Activate Now
 
ProHealth fibromyalgia Vitamin and Natural Supplement Store and Health
Home  |  Log In  |  My Account  |  View Cart  View Your ProHealth Vitamin and Supplement Shopping Cart
800-366-6056  |  Contact Us  |  Help
Facebook Google Plus
Fibromyalgia  Chronic Fatigue Syndrome & M.E.  Lyme Disease  Natural Wellness  Supplement News  Forums  Our Story
Store     Brands   |   A-Z Index   |   Best Sellers   |   New Products   |   Deals & Specials   |   Under $10   |   SmartSavings Club

Trending News

The Legs of Fibromyalgia and Myofascial Pain

The Fatigue and Pain Hormone? Leptin Shows Up Again – in Fibromyalgia

Our Mind Wants What Our Body Can't Produce

Relief for Dry, Itchy Skin Caused by Fibromyalgia

Reversing Alzheimer’s: What Could it Mean for Chronic Fatigue Syndrome (ME/CFS) and Fibromyalgia?

VIDEO: Fibromyalgia Warnings

4 Simple Ways to Shift into Positivity

Recovering from Chronic Fatigue Syndrome and Fibromyalgia - The Lerner Way

VIDEO: "I Live with Pain Everyday" (Stories of Fibromyalgia)

3 Reasons Why Fibromyalgia May Affect Women More Than Men

 
Print Page
Email Article

Pain Physiology Education Improves the Body's Natural Pain Inhibition in Fibromyalgia Patients

  [ 7 votes ]   [ 1 Comment ]
www.ProHealth.com • February 13, 2013


Article:

Pain Physiology Education Improves Health Status and Endogenous Pain Inhibition in Fibromyalgia: A Double-Blind Randomized Controlled Trial.
– Source: The Clinical Journal of Pain, January 30, 2013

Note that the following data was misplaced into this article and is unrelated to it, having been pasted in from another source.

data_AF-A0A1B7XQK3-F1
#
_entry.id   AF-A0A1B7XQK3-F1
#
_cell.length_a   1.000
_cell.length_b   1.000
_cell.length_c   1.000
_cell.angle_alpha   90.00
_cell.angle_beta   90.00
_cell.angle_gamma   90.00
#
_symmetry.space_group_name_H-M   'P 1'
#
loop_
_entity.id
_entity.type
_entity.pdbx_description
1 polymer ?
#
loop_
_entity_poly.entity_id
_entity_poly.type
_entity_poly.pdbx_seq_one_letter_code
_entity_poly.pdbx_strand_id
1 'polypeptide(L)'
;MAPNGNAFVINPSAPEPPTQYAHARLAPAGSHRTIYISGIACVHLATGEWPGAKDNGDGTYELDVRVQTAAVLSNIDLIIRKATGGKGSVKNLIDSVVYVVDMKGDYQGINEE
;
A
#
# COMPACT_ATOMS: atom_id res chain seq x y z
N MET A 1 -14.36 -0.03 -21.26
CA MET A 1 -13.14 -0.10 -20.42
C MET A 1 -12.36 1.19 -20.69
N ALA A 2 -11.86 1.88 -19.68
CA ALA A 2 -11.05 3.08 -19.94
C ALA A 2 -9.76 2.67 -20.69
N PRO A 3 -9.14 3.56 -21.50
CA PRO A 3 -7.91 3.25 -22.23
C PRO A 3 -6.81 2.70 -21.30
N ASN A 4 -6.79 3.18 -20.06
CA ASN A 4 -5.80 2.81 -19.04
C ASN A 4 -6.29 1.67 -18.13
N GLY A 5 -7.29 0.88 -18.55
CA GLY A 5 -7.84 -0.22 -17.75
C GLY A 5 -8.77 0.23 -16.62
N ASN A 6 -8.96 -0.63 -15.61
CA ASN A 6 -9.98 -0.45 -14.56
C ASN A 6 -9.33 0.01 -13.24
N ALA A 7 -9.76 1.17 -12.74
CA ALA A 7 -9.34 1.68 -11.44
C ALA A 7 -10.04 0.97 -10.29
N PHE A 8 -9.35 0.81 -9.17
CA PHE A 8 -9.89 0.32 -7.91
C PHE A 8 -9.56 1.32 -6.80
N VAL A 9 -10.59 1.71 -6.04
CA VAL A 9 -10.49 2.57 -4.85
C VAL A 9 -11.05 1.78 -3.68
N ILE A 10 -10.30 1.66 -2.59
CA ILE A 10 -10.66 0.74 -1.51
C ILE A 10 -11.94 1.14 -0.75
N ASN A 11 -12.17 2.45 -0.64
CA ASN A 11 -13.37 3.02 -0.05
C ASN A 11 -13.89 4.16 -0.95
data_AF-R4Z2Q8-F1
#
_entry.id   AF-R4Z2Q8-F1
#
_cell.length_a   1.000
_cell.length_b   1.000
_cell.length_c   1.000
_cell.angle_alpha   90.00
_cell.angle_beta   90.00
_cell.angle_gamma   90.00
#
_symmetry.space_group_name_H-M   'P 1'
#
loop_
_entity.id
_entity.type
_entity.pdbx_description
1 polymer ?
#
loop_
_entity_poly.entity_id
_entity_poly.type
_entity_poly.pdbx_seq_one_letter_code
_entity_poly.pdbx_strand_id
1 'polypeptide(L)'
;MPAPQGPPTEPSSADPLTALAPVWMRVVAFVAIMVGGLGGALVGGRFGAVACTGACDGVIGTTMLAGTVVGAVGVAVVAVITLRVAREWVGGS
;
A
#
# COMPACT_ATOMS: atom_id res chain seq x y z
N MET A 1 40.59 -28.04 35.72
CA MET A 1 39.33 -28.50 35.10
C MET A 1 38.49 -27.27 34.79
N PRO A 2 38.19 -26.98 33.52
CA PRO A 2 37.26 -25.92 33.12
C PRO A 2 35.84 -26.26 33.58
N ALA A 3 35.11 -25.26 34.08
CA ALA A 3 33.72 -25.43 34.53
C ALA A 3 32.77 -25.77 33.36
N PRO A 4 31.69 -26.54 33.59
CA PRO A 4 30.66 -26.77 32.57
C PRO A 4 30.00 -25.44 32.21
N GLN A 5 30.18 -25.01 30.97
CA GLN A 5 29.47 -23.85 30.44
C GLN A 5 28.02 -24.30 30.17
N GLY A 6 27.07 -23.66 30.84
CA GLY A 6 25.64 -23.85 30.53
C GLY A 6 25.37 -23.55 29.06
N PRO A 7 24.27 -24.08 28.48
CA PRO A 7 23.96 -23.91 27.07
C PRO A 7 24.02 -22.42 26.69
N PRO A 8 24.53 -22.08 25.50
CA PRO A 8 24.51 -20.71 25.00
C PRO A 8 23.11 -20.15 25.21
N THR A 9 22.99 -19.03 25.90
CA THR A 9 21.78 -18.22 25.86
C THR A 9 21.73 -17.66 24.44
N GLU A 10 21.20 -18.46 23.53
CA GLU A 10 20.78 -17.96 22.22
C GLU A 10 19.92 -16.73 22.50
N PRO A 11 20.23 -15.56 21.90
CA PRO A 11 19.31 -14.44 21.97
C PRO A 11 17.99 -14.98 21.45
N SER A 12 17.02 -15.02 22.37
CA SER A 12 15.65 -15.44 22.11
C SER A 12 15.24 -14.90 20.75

By J. Van Oosterwijck, et al.

Abstract:

OBJECTIVES: There is evidence that education on pain physiology can have positive effects on pain, disability, and catastrophization in patients with chronic musculoskeletal pain disorders. A double-blind randomized controlled trial (RCT) was performed to examine whether intensive pain physiology education is also effective in fibromyalgia (FM) patients, and whether it is able to influence the impaired endogenous pain inhibition of these patients. [Endogenous pain inhibition is the body's internal natural ability to inhibit pain.]

METHODS: Thirty FM patients were randomly allocated to either the experimental (receiving pain physiology education) or the control group (receiving pacing self-management education). The primary outcome was the efficacy of the pain inhibitory mechanisms, which was evaluated by spatially accumulating thermal nociceptive stimuli. Secondary outcome measures included pressure pain threshold measurements and questionnaires assessing pain cognitions, behavior, and health status. Assessments were performed at baseline, 2 weeks, and 3 months follow-up. Repeated measures ANOVAS were used to reveal possible therapy effects and effect sizes were calculated.

RESULTS: After the intervention the experimental group had improved knowledge of pain neurophysiology (P<0.001).

  • Patients from this group worried less about their pain in the short term (P=0.004).

  • Long-term improvements in physical functioning (P=0.046), vitality (P=0.047), mental health (P<0.001), and general health perceptions (P<0.001) were observed.

  • In addition, the intervention group reported lower pain scores and showed improved endogenous pain inhibition (P=0.041) compared with the control group.